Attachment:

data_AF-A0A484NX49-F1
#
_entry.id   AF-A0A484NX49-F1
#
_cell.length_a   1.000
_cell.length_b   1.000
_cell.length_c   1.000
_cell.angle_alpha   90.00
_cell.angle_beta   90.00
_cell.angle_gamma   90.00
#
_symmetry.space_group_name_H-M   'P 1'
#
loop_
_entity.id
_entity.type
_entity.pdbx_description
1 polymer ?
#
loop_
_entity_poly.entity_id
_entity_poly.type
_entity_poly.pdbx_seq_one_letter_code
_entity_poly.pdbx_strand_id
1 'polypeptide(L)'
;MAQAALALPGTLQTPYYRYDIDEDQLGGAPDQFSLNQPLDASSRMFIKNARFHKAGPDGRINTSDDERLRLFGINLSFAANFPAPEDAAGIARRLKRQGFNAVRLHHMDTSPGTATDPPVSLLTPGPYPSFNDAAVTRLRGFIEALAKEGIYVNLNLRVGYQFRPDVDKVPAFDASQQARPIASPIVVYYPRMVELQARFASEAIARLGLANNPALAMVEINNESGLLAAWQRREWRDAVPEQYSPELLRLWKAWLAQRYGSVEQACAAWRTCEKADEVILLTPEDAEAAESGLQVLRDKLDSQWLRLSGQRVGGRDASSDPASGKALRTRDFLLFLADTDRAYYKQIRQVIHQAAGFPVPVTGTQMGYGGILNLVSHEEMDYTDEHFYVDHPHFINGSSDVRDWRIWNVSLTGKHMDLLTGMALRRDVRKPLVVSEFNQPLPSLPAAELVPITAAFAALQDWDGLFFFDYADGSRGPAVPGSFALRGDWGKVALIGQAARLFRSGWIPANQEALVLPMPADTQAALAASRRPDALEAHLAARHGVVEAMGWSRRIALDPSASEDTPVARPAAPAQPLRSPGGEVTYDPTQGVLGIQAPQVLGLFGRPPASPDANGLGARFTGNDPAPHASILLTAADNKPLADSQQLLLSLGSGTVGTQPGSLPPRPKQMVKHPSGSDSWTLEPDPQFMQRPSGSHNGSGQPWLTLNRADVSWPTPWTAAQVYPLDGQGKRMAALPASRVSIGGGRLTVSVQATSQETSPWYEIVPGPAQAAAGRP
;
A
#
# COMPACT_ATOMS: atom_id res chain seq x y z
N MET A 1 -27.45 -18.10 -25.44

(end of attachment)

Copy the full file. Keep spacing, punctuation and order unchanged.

data_AF-A0A484NX49-F1
#
_entry.id   AF-A0A484NX49-F1
#
_cell.length_a   1.000
_cell.length_b   1.000
_cell.length_c   1.000
_cell.angle_alpha   90.00
_cell.angle_beta   90.00
_cell.angle_gamma   90.00
#
_symmetry.space_group_name_H-M   'P 1'
#
loop_
_entity.id
_entity.type
_entity.pdbx_description
1 polymer ?
#
loop_
_entity_poly.entity_id
_entity_poly.type
_entity_poly.pdbx_seq_one_letter_code
_entity_poly.pdbx_strand_id
1 'polypeptide(L)'
;MAQAALALPGTLQTPYYRYDIDEDQLGGAPDQFSLNQPLDASSRMFIKNARFHKAGPDGRINTSDDERLRLFGINLSFAANFPAPEDAAGIARRLKRQGFNAVRLHHMDTSPGTATDPPVSLLTPGPYPSFNDAAVTRLRGFIEALAKEGIYVNLNLRVGYQFRPDVDKVPAFDASQQARPIASPIVVYYPRMVELQARFASEAIARLGLANNPALAMVEINNESGLLAAWQRREWRDAVPEQYSPELLRLWKAWLAQRYGSVEQACAAWRTCEKADEVILLTPEDAEAAESGLQVLRDKLDSQWLRLSGQRVGGRDASSDPASGKALRTRDFLLFLADTDRAYYKQIRQVIHQAAGFPVPVTGTQMGYGGILNLVSHEEMDYTDEHFYVDHPHFINGSSDVRDWRIWNVSLTGKHMDLLTGMALRRDVRKPLVVSEFNQPLPSLPAAELVPITAAFAALQDWDGLFFFDYADGSRGPAVPGSFALRGDWGKVALIGQAARLFRSGWIPANQEALVLPMPADTQAALAASRRPDALEAHLAARHGVVEAMGWSRRIALDPSASEDTPVARPAAPAQPLRSPGGEVTYDPTQGVLGIQAPQVLGLFGRPPASPDANGLGARFTGNDPAPHASILLTAADNKPLADSQQLLLSLGSGTVGTQPGSLPPRPKQMVKHPSGSDSWTLEPDPQFMQRPSGSHNGSGQPWLTLNRADVSWPTPWTAAQVYPLDGQGKRMAALPASRVSIGGGRLTVSVQATSQETSPWYEIVPGPAQAAAGRP
;
A
#
# COMPACT_ATOMS: atom_id res chain seq x y z
N MET A 1 -27.45 -18.10 -25.44